Course attendee comment

This short 2 minute video testimonial is from a Doctor of Emergency Medicine reflecting on how she has seen the significant benefits of Atrainability Human Factors training

 

 

Atrainability Blog

Here we share some thoughts, insights and ideas related to Human Factors Training

Appreciative inquiry and accepting praise

Learning from excellence through the practice of debriefing is a hot topic in healthcare teams. We hear this being referred to as appreciative inquiry; a model that seeks to engage stakeholders in self-determined change.

The model assumes that the questions we ask tend to focus our attention in a particular direction. 

Organisations then evolve in the direction of the questions most persistently and passionately asked.

I'll often ask the healthcare professionals who attend our training courses whether they have a chat at the end of the day about how things went? "Yes, of course, we do."

But do you have this conversation in any real detail? "No, not really". 

You would, we hope, if things have not gone well but how often is that? Maybe 1% of the time? 

So, we don't really discuss the 99% of times when things go well. What effect does that have on morale?

At Atrainability we recommend three simple questions:

-Is there one thing that I or we do well?

-How about one thing I or we could do more of?

-Or maybe one thing I or we could do less of?

The crucial word is of course 'could'. Not 'ought' or 'should' because that is telling someone how to behave and no-one likes that. 'Could' makes it a suggestion, a nudge, if you will. Not a command. 

Adult to adult conversation in practice. Thoughts offered with honesty and accepted with humility.

Naturally, people generally debrief if thing went wrong. This is good practice, far better than the alternative of sweeping the error under the rug.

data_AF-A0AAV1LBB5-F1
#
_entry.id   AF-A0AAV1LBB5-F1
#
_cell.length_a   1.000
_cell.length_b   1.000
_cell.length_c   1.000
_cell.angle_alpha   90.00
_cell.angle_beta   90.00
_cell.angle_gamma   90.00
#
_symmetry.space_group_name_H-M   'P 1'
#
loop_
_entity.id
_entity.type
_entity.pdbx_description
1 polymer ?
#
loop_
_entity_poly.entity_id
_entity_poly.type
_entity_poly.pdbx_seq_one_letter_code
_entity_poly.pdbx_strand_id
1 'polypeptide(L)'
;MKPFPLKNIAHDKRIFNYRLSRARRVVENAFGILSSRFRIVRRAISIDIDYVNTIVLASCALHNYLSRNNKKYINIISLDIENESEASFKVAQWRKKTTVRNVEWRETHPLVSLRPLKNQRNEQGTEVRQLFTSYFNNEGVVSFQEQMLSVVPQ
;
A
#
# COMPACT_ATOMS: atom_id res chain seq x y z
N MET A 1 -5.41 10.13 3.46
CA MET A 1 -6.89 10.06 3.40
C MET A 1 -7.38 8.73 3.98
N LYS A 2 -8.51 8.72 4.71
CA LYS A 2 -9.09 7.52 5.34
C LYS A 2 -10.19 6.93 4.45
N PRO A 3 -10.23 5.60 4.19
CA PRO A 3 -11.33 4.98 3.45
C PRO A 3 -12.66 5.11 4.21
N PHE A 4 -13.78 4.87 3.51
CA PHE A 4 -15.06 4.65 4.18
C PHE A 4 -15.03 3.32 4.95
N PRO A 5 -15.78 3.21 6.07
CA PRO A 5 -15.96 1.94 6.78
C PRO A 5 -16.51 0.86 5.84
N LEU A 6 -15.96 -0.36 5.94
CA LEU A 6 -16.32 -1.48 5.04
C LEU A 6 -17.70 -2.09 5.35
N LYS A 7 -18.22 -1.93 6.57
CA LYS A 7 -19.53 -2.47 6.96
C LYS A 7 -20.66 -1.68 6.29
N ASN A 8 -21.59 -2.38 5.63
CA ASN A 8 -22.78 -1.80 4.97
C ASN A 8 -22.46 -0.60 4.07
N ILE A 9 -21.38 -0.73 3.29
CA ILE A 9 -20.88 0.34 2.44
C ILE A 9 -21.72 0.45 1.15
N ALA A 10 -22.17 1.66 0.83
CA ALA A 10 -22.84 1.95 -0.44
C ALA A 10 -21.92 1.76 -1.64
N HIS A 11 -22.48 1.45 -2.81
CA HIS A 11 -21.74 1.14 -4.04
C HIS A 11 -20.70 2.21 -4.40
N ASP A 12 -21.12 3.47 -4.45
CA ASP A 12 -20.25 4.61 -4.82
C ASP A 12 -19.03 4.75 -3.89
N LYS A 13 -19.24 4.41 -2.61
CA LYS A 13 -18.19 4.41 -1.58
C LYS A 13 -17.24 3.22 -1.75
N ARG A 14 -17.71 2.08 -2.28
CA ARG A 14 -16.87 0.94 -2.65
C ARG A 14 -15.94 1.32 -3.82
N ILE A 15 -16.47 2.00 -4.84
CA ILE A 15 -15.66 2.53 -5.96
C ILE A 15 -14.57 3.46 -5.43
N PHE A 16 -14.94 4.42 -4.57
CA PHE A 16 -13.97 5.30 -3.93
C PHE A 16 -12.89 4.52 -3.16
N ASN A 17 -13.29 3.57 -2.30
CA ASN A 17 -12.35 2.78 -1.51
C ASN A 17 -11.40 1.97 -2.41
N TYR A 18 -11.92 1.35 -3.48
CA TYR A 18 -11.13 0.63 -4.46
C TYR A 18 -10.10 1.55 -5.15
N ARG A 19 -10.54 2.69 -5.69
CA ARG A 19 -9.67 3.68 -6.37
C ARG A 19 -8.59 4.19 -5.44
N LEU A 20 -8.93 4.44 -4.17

But how often does it go wrong, rather than right? If we assume things go right 99% of the time, then most of the time these conversations, and any appreciative inquiry, are rarely taking place.

We want to be having these conversations. "It was really great when you pointed that out and said I was wrong. Do that again, please."

This is about reinforcing positives, which people don't do often enough.

Another challenge, especially within the healthcare profession, is that people don't accept praise. They shrug it off. "I was only doing my job".

Perhaps this is a cultural thing for us Brits, making us feel uncomfortable when someone heaps on the praise. 

It's certainly a cultural issue within healthcare where we become so used to the extraordinary, it becomes ordinary.

Last summer, an extraordinary video of a nurse in the accident and emergency department at Leicester Royal Infirmary went viral on the Internet.

It showed 36-year-old nurse Caroline Clayton-Barker, along with several of her colleagues, putting herself in danger to protect patients from a man with a knife.

At one stage in the video, she comes face-to-face with the knife-man, before running to safety herself.

Despite Clayton-Barker later recounting that "It was like a horror film," she also told reporters she was just doing her job. "I don't feel brave, it's just your job, it's your duty of care to protect your patients."

In reality this was way more than 'just her job'; the lady performed exceptionally.

But on a more mundane level team members are doing great work daily but often just shrug it off.

We know that morale is low within the NHS. Staff recruitment and retention are both a huge challenge.

You can argue that working in the healthcare profession is often a thankless task. Nobody is saying thank you, and nobody is accepting the praise. This creates a vicious cycle.

If we don't accept praise, I reckon we get in the habit and don't offer praise as well.

Having the end of day conversations on the 99% of occasions where things went right, giving praise, and accepting praise, these are all excellent ways to get better and all feel better.

Near hits and the tip of the iceberg
Hierarchy and behaviour issues